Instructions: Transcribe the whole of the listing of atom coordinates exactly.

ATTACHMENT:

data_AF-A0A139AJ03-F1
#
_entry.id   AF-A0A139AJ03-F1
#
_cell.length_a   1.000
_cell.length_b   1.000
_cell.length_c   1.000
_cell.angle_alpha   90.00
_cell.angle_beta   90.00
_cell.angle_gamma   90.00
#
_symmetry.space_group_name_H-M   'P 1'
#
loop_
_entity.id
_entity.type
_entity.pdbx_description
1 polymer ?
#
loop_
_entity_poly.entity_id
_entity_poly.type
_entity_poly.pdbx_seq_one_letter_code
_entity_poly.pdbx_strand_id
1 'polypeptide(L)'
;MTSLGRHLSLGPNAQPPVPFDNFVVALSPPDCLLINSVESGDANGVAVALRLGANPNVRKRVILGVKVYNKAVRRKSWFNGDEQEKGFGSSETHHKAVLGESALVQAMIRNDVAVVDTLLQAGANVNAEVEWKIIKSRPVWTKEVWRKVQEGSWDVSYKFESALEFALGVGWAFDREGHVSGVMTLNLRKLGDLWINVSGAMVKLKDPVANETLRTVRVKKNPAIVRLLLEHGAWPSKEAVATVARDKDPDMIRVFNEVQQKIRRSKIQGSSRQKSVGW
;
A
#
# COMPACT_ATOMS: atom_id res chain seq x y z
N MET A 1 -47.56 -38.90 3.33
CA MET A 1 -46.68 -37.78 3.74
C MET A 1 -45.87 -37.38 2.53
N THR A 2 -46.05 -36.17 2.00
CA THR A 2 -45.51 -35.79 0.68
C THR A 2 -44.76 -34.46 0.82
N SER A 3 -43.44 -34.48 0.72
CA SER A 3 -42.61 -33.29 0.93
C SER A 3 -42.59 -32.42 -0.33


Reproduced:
data_AF-A0A139AJ03-F1
#
_entry.id   AF-A0A139AJ03-F1
#
_cell.length_a   1.000
_cell.length_b   1.000
_cell.length_c   1.000
_cell.angle_alpha   90.00
_cell.angle_beta   90.00
_cell.angle_gamma   90.00
#
_symmetry.space_group_name_H-M   'P 1'
#
loop_
_entity.id
_entity.type
_entity.pdbx_description
1 polymer ?
#
loop_
_entity_poly.entity_id
_entity_poly.type
_entity_poly.pdbx_seq_one_letter_code
_entity_poly.pdbx_strand_id
1 'polypeptide(L)'
;MTSLGRHLSLGPNAQPPVPFDNFVVALSPPDCLLINSVESGDANGVAVALRLGANPNVRKRVILGVKVYNKAVRRKSWFNGDEQEKGFGSSETHHKAVLGESALVQAMIRNDVAVVDTLLQAGANVNAEVEWKIIKSRPVWTKEVWRKVQEGSWDVSYKFESALEFALGVGWAFDREGHVSGVMTLNLRKLGDLWINVSGAMVKLKDPVANETLRTVRVKKNPAIVRLLLEHGAWPSKEAVATVARDKDPDMIRVFNEVQQKIRRSKIQGSSRQKSVGW
;
A
#
# COMPACT_ATOMS: atom_id res chain seq x y z
N MET A 1 -47.56 -38.90 3.33
CA MET A 1 -46.68 -37.78 3.74
C MET A 1 -45.87 -37.38 2.53
N THR A 2 -46.05 -36.17 2.00
CA THR A 2 -45.51 -35.79 0.68
C THR A 2 -44.76 -34.46 0.82
N SER A 3 -43.44 -34.48 0.72
CA SER A 3 -42.61 -33.29 0.93
C SER A 3 -42.59 -32.42 -0.33